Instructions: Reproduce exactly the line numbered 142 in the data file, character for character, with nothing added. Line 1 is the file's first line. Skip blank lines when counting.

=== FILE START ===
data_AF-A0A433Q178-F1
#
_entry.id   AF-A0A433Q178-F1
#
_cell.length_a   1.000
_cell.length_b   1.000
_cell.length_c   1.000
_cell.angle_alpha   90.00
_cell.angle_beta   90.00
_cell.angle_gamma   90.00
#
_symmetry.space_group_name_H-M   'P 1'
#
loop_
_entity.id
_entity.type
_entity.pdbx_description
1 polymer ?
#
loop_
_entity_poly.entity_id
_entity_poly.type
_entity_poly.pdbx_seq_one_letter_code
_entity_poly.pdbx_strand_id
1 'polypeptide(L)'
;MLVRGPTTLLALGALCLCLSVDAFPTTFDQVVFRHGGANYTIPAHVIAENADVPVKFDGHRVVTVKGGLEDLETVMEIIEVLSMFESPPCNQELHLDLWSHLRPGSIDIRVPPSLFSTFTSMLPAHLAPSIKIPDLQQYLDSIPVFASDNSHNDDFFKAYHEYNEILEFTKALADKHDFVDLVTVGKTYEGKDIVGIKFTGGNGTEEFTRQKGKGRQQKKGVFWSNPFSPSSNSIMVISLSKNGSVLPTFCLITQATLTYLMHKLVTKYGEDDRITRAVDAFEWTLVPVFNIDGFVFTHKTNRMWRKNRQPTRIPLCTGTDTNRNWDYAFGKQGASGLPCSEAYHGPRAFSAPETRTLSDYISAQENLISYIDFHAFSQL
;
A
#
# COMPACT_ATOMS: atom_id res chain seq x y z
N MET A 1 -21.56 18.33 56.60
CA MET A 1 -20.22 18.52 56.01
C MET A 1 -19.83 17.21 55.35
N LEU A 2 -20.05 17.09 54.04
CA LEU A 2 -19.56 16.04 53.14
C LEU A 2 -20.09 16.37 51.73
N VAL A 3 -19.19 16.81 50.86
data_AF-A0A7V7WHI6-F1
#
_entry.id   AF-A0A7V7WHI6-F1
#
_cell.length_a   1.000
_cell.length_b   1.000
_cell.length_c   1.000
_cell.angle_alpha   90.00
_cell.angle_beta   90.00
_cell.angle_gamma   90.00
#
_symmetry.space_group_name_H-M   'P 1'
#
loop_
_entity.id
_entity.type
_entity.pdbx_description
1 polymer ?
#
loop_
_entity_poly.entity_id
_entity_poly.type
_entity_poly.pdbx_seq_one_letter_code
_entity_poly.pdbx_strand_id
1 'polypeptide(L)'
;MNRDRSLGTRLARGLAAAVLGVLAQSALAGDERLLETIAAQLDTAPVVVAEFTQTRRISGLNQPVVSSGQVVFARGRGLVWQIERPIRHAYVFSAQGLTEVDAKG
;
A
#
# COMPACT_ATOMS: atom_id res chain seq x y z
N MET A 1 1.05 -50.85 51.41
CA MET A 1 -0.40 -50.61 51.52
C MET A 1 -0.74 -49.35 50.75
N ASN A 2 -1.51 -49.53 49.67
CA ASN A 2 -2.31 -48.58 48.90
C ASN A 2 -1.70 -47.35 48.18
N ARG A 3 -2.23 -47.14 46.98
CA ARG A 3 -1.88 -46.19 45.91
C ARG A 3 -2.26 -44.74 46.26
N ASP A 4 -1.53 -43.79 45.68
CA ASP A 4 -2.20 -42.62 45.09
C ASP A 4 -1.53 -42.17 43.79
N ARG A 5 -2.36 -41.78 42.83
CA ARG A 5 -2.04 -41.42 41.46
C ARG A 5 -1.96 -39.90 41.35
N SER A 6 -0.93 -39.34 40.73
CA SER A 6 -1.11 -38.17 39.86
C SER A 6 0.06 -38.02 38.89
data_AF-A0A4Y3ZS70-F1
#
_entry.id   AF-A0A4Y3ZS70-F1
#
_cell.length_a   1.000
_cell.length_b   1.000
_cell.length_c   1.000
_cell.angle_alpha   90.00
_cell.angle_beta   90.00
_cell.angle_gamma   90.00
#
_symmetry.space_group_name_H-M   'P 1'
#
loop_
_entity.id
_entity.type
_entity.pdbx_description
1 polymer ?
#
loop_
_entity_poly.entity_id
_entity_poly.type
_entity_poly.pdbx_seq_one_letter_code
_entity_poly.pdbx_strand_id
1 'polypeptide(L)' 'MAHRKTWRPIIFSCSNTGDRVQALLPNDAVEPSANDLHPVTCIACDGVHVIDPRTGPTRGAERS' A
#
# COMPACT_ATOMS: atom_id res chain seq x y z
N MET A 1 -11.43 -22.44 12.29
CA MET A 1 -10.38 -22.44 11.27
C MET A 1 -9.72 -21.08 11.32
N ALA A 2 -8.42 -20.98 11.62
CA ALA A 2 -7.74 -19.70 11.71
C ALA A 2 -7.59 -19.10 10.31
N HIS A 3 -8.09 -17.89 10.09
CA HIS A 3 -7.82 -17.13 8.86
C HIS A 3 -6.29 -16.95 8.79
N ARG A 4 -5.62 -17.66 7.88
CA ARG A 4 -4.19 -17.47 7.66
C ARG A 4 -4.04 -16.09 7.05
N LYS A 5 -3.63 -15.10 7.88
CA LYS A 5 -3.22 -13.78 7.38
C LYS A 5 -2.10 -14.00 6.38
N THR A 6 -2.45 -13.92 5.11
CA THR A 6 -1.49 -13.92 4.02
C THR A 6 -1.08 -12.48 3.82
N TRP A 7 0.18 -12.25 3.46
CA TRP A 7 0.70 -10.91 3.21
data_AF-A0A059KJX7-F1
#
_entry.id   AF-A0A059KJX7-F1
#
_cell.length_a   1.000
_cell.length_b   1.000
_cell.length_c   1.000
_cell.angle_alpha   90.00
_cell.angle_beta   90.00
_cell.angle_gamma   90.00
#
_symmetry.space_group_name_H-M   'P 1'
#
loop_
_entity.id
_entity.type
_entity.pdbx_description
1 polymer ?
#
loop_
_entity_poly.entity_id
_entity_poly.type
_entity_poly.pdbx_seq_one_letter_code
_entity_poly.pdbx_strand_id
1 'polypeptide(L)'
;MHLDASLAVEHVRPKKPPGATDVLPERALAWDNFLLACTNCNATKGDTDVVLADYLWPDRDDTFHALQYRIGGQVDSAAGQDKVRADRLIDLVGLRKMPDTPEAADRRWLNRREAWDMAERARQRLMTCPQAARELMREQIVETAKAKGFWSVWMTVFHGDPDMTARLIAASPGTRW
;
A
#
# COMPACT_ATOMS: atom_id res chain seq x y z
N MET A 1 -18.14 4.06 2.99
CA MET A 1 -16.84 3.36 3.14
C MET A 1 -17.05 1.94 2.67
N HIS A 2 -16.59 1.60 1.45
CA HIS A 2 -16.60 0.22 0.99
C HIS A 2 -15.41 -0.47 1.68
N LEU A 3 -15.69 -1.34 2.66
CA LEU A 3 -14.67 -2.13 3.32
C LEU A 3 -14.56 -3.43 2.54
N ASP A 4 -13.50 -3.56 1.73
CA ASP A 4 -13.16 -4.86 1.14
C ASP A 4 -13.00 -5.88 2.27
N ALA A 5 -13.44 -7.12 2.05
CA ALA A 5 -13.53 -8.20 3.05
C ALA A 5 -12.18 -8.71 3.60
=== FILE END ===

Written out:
_cell.angle_gamma   90.00